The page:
Life rolls on

by Shannon Rae Gentry
Wednesday, May 15, 2013

Lumina News file photo 

Volunteers take Eddie Brown of Virginia to the water for his surf session during They Will Surf Again, an event held by Life Rolls On, on July 28, 2012 at Public Beach Access No. 4.

Brock Johnson lives in Myrtle Beach, S.C., where he has enjoyed beach, boat and water activities for decades. While diving from a boat anchored in a nearby waterway two years ago, Johnson said the tide might have shifted the boat that day when he mistakenly jumped into what turned out to be shallow water.

“I fractured my back … and I’m basically paralyzed from my mid-section down, with limited hand function,” he said on Wednesday, May 8.

Johnson was 33 years old when he had his accident and thinks his prior active lifestyle helped make it possible for him to recover and remain athletic today, competing in the Southeastern Regional Wheelchair Games last year, as well as surfing.

“I tell people that I surf and they can’t believe it, especially people with spinal cord injuries. The look on their faces is like, ‘You do what?’” Johnson laughed.

Johnson spent five months at the Shepherd Center spinal cord and brain injury facility in Atlanta, Ga., where he began his road to rehabilitation as a quadriplegic.

“They helped me kind of figure out life again, I was relearning everything and that’s where I found out about Life Rolls On,” he said.

Life Rolls On is a nonprofit organization, and a subsidiary of the Christopher and Dana Reeve Foundation, with the mission of helping others to see boundless possibilities beyond paralysis. Each year, it is hosted in nine cities across seven states for its surfing event, They Will Surf Again (TWSA). It was brought to Wrightsville Beach by Ocean Cure, a local non-profit organization, six years ago and will return to Beach Access No. 4 this Saturday, May 18 from 9 a.m. to 4 p.m.

Johnson participated last year for the first time and said that despite the injuries he sustained in the water he had no trepidations getting back on a surfboard. 

“I had no fear to go back out, because I love the water so much. It was just not knowing that it was really possible and they make it really easy,” he said. “There are a lot of hard times that you go through with this and there’s not a lot of joy that comes inherently with it, but I found some with [Life Rolls On].”

Kevin Murphy is the president of Ocean Cure and director of the only North Carolina Life Rolls On event. Last week Murphy said that the organization helps many participants find ways to make surfing a part of their lifestyles.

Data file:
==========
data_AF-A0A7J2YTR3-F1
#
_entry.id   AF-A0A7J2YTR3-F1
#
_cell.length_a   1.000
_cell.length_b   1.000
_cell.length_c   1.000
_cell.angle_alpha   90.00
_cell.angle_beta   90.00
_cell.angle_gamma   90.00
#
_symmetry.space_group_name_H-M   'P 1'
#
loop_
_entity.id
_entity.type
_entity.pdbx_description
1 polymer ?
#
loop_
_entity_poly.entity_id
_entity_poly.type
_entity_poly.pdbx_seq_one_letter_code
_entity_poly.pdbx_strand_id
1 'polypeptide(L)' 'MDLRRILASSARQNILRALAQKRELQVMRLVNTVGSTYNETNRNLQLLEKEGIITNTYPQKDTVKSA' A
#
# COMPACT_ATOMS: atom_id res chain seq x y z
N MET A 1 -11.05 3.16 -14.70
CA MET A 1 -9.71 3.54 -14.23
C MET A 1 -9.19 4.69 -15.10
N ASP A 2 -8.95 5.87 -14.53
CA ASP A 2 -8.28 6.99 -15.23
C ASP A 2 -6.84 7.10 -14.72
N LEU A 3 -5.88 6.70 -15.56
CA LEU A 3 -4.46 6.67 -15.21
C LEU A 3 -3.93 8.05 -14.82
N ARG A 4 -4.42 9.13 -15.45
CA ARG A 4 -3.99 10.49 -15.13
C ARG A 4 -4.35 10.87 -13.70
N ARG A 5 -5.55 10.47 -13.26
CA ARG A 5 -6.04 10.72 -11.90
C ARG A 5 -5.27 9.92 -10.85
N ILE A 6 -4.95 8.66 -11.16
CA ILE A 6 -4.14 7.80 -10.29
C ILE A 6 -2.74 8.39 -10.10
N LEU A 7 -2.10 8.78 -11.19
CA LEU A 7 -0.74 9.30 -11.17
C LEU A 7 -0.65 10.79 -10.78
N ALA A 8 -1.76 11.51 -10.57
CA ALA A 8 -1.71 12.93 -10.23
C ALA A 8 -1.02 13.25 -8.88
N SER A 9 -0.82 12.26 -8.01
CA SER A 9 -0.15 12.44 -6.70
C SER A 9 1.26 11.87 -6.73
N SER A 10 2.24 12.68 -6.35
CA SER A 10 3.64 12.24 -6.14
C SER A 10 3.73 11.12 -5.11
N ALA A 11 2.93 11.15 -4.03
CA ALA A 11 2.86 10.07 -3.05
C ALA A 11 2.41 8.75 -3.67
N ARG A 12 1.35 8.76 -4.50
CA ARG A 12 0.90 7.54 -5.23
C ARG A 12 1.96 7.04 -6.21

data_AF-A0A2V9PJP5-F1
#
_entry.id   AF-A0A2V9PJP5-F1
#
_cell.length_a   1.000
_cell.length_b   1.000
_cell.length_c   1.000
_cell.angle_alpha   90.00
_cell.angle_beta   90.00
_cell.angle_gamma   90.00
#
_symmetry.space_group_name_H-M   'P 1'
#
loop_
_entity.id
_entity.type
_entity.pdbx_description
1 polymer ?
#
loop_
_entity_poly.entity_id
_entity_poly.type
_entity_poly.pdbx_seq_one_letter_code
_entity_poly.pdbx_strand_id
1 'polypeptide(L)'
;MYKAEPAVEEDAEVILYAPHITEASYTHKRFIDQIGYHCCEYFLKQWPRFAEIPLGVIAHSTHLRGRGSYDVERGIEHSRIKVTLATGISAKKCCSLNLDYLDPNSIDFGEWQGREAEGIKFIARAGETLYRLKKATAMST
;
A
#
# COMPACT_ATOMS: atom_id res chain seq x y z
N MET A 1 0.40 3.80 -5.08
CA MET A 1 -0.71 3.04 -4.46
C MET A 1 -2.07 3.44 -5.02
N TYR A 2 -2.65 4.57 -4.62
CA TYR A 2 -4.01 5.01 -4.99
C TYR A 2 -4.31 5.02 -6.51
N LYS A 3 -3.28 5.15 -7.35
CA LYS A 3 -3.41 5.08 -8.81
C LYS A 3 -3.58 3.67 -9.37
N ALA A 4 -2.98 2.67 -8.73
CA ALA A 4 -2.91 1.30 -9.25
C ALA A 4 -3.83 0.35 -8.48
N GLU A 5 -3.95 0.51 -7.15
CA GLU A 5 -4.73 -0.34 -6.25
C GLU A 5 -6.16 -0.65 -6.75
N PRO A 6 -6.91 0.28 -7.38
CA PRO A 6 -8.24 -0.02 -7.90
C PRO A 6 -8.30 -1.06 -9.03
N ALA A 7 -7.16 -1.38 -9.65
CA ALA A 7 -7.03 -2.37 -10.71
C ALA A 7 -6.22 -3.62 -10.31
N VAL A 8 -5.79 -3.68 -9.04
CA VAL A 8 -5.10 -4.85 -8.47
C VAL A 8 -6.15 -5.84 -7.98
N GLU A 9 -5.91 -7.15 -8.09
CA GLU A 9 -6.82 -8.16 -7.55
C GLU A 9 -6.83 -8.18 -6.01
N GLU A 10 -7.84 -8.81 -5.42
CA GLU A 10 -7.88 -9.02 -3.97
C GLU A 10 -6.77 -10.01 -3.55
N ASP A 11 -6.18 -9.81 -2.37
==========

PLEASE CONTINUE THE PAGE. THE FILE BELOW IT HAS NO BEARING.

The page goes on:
“We have a custom board that has been donated to us from [Jody Becker] in Wrightsville Beach and we’re trying to see if it will work for [Johnson] and if it does, we’re going to get one made just for him so he can continue surfing,” Murphy said.

Additionally this year, Murphy said that as Life Rolls On tours the East Coast, WaveJet Propulsion will be at the Wrightsville Beach camp with its self propelled boards.

“That’s going to get people a little bit more independent, because with these boards there’s the possibility for people that have strong swimming ability to be able to do this somewhat on their own,” he said.

With more than 100 volunteers, businesses, local and professional surfers helping out each year, Murphy said that the community effort creates an almost seamless event, making sure the 30 to 40 participants have the best day possible.

Sharing the act of helping individuals with physical impairments to surf, Indo Jax Surf School will host its new and returning camps catering to children with vision and hearing impairments, autism, diabetes and more.

On the heals of their annual trip to Kochi, India for Homes of Hope to teach young girls how to surf, as well to instill self-respect and confidence, Indo Jax founders Jack Viorel and Jeff Murtha pointed to the whiteboard in their office filled with upcoming camps this summer.

“Every summer we try to add a camp or two, and in addition to that we get bigger numbers … and we always have the regulars that come every year and you see how much better and more confident they get, but it’s always neat to see when it’s their first time,” Viorel said. 

“Our biggest problem is having the money to have our camps be unlimited,” Murtha said.

Viorel trains instructors in the highest safety standards and as the camps grow he said it becomes harder to keep up. Thus, through funding they want to add more instructors and equipment, and adjust the format of the camps.

By sponsoring as many activities on the beach as in the water, the duo hopes to sustain the growing number of participants alongside the number of trained instructors and volunteers.

This is the second year Viorel and Murtha are partnering with the Coastal Therapeutic Riding Program and the Horse Boy Foundation for autism.

“One of the things that’s come about through working with the Horse Boy Foundation is adjusting the format to where we can have 30 participants in the water and 30 on the beach doing just as enriching activities,” Viorel said.

“We’re working towards bringing the charity to the next level, so we can serve more children,” Murtha said. 

“And we really do encourage everybody from the area to come down and see what we do, because to be on the beach and actually see what is happening to these children throughout the time we are working with them is an extraordinary event,” he said.

Camp registration is free for all Ocean Cure and Indo Jax Surf charity camps, with no maximum cap on participation.

For updates on Life Rolls On or other Ocean Cure camps, events or volunteering visit its Facebook page or

For more about the upcoming Indo Jax surf camps, visit 


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